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OP42 Potential impacts of brexit on cardiovascular disease via changes to the price of fruits and vegetables: a modelling analysis
  1. S Seferidi1,
  2. AA Laverty1,
  3. J Pearson-Stuttard1,2,
  4. M Guzman-Castillo2,
  5. B Collins2,
  6. S Capewell2,
  7. M O’Flaherty2,
  8. C Millett1
  1. 1Public Health Policy Evaluation Unit, School of Public Health, Imperial College London, London, UK
  2. 2Department of Public Health and Policy, University of Liverpool, Liverpool, UK


Background The UK’s decision to exit the European Union will likely affect its current trade regimes. Trade policy can alter food commodity availability and price; it is thus a potentially powerful determinant of food environments and subsequently health. The UK is highly dependent on its fruit and vegetable (F&V) imports. Brexit could therefore affect F&V price and consumption in the UK. Given the strong association between F&V intake and cardiovascular disease (CVD), our analysis aimed to quantify the potential effects of F&V price changes due to Brexit on CVD in English adults between 2020–2030.

Methods We used the previously validated IMPACT Food Policy Model. The model combined publicly available data on F&V trade, published estimates of UK-specific price elasticities, F&V intake data from the National Diet and Nutrition Survey, and coronary heart disease (CHD) mortality projections for 2020–2030. We estimated the number of CHD deaths and life-years lost between 2020–2030 among English adults aged 25 years and above as a consequence of five Brexit scenarios: (1) Transitional Brexit; (2) post-Brexit Free Trading Agreement with the EU and maintaining half of the non-EU free trade partners; (3) post-Brexit Free Trading Agreement with the EU but no trade deal with any non-EU countries; (4) post-Brexit liberalised trade regime; (5) no deal Brexit. We then performed Monte-Carlo simulations to better estimate uncertainty of inputs.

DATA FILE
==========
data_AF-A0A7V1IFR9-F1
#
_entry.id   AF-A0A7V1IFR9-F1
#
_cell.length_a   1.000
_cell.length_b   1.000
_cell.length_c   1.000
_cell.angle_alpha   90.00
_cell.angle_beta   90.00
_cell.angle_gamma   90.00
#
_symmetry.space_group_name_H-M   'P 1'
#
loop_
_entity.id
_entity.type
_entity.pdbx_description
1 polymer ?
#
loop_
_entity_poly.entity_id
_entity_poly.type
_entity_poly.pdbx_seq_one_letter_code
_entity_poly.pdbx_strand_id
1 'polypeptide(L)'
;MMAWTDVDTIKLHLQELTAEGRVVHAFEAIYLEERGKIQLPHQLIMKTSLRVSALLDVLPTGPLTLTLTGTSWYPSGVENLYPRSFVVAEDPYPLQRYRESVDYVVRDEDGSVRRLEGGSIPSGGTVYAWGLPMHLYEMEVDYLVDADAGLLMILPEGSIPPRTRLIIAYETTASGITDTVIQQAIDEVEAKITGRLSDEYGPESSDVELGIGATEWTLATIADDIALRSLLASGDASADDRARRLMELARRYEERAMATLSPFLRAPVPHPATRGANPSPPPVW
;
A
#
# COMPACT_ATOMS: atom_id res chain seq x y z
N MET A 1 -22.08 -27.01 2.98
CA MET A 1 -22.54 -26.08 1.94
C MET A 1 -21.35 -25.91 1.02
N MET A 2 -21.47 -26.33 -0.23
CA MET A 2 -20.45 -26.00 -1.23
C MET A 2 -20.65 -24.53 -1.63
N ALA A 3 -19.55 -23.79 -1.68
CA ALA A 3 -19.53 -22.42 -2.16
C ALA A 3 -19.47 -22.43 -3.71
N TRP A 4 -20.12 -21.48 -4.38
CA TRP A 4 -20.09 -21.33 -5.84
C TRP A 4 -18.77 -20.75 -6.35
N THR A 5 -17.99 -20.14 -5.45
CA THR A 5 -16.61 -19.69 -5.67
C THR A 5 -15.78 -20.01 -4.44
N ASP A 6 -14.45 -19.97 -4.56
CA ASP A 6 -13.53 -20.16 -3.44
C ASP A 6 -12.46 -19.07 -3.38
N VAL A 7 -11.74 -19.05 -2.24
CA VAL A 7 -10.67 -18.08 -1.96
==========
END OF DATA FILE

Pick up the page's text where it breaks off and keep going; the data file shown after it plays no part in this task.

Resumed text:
Results Under all Brexit scenarios, prices of F&V are likely to increase on average between 1.8% and 7.8%. The banana, citrus fruit, and tomato markets are likely to be the most disrupted, with price increases up to approximately 16.7%, 14.3%, and 13.4% respectively. A transitional Brexit is likely to result in approximately 670 (95% Uncertainty Interval: 430–980) extra CHD deaths and 6370 (4,360–8,990) life-years lost. A liberalised regime which eliminates all import tariffs is likely to contribute approximately 940 (600–1,370) additional CHD deaths and 8870 (6,060–12,540) life-years lost, due to non-tariff trade barriers between the UK and the EU. A no-deal Brexit scenario might be the most harmful, generating approximately 2900 (1,820–4,310) extra CHD deaths and 27 440 (18,200–39,630) life-years lost between 2020–2030.

Conclusion This analysis suggested that under all modelled scenarios Brexit is likely to increase the price of F&V and thus have a detrimental effect on the future diet and health of English adults. The UK government should therefore aim to secure a post-Brexit food system that incentivises the UK population to purchase and consume healthy foods.

  • fruits and vegetables
  • Brexit
  • cardiovascular disease

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